Lawns, trees and shrubs are living organisms and therefore face their own battles throughout the year. Now is the perfect time to recap many of the diseases, pests and environmental factors that took place in 2020. As professionals, we try our best to aid these living organisms to remain healthy or provide solutions as needed. Read through this year in review to recall some of those challenges:
Winter moth caterpillars
Numbers of winter moth have been reduced in recent years with a combination of weather and introduced parasitic flies helping to keep the population from exploding. There will continue to be winter moth feeding on deciduous trees in the spring, but the overall damage particularly to large shade trees is reduced. Ornamental trees, fruit trees and other high value or stressed trees should be higher priority for treatment.
Gypsy moth caterpillars
A large portion of the gypsy moth population has declined to only pockets of infestation particularly out along the RT495 corridor. Depending on weather conditions, it can take some years for the population to build back up to devastating levels. However they never go away completely and will continue to be around in relatively small numbers. Be on the look out for the tan egg masses on the underside of large branches and near the base of your trees.
Apple scab disease
Though this summer was actually quite dry with the extended drought spring was fairly wet and humidity was high much of the year. This led to another tough year for apple scab and other foliar diseases. We can’t control the weather, but keeping trees pruned so that the air can circulate in the canopy can help dry things out naturally and reduce disease. Good leaf cleanup and disposal of diseased leave can also help to limit infection in conjunction with spraying.
Needle cast disease
Like apple scab needle cast diseases, particularly on spruces, were also prevalent. Needle cast is a bit more complicated because infection and symptoms occur over multiple seasons rather than just one. This makes reinfection harder to control. Infection tends to be more prevalent in the lower canopy and will make its way up. Though most infection happens in the spring growth phase, some new information suggests a fall application can be beneficial as well.
Magnolia scale has been prevalent for many years now and becomes most noticeable in the late summer when they are producing lots of honey dew. Unfortunately, there is little that can be done at that point to help and treatment needs to be made either earlier in the season or in the fall. The old adult scales can remain very noticeable on the branches and if not being treat on a regular basis they should be monitored
Hemlock woolly adelgid
Hemlock woolly adelgid continues to be a serious pest of hemlocks, but elongate hemlock scale is probably more prevalent and harder to see without close inspection. The various options for treatment can work better on one that the other. We look at those differences to determine the best course of treatment.
Emerald ash borer
As of October 30, 2020, the Massachusetts Department of Conservation and Recreation has confirmed a total of at least 161 communities in Massachusetts that have known populations of emerald ash borer, 62 of which have been found in 2020. There are many reasons that ash trees may die and it is common to see ash trees in poor condition. Removal may be the best course of action in many cases but healthy feature ash trees should be treated preventatively before they begin to decline to have a better chance of saving them.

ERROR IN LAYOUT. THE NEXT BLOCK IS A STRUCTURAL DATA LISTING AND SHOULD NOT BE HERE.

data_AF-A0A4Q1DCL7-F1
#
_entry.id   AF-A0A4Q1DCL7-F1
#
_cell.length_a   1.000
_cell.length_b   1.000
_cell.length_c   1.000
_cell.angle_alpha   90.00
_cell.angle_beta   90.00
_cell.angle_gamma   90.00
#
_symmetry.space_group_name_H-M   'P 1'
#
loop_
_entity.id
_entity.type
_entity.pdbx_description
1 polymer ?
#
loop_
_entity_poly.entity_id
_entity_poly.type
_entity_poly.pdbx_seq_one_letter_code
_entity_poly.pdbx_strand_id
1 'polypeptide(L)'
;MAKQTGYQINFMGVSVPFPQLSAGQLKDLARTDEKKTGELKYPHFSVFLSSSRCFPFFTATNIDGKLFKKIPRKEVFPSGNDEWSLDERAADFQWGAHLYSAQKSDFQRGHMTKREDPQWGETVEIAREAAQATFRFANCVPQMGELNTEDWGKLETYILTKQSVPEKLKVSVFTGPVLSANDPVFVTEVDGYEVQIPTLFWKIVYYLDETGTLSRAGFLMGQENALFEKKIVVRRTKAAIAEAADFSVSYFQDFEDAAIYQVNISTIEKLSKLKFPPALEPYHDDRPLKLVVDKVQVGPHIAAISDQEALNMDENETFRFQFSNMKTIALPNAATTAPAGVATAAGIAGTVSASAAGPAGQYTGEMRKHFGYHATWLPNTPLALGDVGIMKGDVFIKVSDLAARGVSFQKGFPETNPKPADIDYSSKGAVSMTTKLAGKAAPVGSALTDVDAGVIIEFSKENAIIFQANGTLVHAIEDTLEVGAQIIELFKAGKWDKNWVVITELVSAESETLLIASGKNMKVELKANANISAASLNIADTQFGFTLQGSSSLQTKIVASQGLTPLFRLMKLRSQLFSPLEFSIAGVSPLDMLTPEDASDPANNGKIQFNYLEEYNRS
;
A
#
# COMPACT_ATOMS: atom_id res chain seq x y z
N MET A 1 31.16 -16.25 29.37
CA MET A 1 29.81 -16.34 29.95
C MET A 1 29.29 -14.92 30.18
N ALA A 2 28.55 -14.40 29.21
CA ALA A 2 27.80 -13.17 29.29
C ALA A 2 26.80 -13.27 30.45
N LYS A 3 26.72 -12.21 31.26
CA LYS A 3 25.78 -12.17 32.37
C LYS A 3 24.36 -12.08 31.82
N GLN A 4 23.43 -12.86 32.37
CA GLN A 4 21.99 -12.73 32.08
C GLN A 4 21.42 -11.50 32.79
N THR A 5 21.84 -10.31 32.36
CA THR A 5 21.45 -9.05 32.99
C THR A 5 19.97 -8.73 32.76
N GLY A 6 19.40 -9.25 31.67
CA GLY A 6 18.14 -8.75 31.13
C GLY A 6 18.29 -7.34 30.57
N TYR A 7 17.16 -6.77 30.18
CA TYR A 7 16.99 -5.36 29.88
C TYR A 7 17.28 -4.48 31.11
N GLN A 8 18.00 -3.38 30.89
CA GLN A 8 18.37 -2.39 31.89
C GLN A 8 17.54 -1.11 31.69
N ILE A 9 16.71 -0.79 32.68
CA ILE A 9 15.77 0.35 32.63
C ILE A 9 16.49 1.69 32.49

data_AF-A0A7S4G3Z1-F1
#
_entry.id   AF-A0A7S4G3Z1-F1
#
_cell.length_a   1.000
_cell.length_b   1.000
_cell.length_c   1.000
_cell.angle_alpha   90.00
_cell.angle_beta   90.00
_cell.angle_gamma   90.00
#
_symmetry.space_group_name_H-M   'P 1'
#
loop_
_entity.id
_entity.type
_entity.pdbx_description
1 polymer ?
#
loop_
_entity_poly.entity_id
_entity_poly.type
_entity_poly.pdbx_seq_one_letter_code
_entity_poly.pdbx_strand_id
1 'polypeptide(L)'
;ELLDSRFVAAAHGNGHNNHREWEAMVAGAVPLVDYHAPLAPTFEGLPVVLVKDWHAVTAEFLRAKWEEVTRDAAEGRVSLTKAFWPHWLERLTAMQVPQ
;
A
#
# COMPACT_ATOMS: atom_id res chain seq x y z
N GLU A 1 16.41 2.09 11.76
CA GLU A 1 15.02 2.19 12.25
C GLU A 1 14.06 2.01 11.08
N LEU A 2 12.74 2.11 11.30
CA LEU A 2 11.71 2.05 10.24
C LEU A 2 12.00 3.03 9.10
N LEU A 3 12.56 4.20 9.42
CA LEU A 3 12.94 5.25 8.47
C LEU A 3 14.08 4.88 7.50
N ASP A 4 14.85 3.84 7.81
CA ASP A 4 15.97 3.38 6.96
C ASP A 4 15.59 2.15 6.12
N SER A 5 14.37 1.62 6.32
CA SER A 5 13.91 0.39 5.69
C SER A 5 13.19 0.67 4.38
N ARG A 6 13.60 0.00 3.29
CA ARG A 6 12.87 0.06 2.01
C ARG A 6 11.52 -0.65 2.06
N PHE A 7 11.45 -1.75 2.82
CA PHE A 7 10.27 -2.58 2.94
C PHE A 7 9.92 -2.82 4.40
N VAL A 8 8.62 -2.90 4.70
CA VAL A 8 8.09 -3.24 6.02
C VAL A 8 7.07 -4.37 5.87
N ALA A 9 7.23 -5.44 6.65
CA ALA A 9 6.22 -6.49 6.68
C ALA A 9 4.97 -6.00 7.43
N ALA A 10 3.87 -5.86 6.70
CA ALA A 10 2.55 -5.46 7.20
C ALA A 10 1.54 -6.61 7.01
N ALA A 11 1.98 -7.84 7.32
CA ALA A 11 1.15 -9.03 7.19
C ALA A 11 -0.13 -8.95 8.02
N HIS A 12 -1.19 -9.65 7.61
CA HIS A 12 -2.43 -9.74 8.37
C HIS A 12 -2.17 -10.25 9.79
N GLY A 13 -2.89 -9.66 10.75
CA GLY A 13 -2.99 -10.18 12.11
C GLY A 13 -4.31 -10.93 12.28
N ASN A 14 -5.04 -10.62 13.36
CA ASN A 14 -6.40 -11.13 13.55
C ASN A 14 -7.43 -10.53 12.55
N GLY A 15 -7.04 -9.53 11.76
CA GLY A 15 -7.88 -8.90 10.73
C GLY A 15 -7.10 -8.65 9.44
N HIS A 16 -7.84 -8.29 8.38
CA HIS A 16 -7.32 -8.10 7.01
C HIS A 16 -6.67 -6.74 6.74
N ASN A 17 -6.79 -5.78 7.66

Spotted lantern fly
Spotted lantern fly is not known to be established in Massachusetts landscapes at this time. A few dead specimens were recovered in the towns of Milford and Norwood, and were brought into Massachusetts on materials shipped from Pennsylvania counties currently under a spotted lanternfly quarantine. Additionally, according to the September 25, 2020 press release, MDAR was recently notified that nursery stock with spotted lanternfly egg masses and adults may have been unintentionally imported and planted in several parts of Massachusetts.
Bagworms are most commonly found on arborvitae but can occur on other evergreen species and even deciduous plants as well. Bagworms historically have only been a problem coming north on nursery stock grown in the south and would rarely survive New England winters. As temperatures steadily rise, we are finding bagworms more likely to survive further north and expanding their range.
This year most of the state experienced drought and for a significant time severe drought in places. Plants will display a number of symptoms over time from drought. How quickly plants react is largely affected by size. Large trees do not necessarily show symptoms of drought stress in the current year as opposed to perennials that may wilt very quickly when too dry. It may take years to see adverse signs of stress in trees. Shrubs tend to vary in the middle of the scale depending on size and establishment. If possible, even established trees and shrubs should be watered in times of drought.
Ticks and mosquitos
Mosquito populations were quite high despite the overly dry conditions through most of the year. The infrequent thunderstorms we would have were enough to create puddles and allow mosquitos to breed but not enough to really wet the soil to any depth where plants can benefit. Both organic and conventional options are available for treatments next season.
If you have any specific questions regarding these issues, please reach out to us at firstname.lastname@example.org or call we’d be happy to help!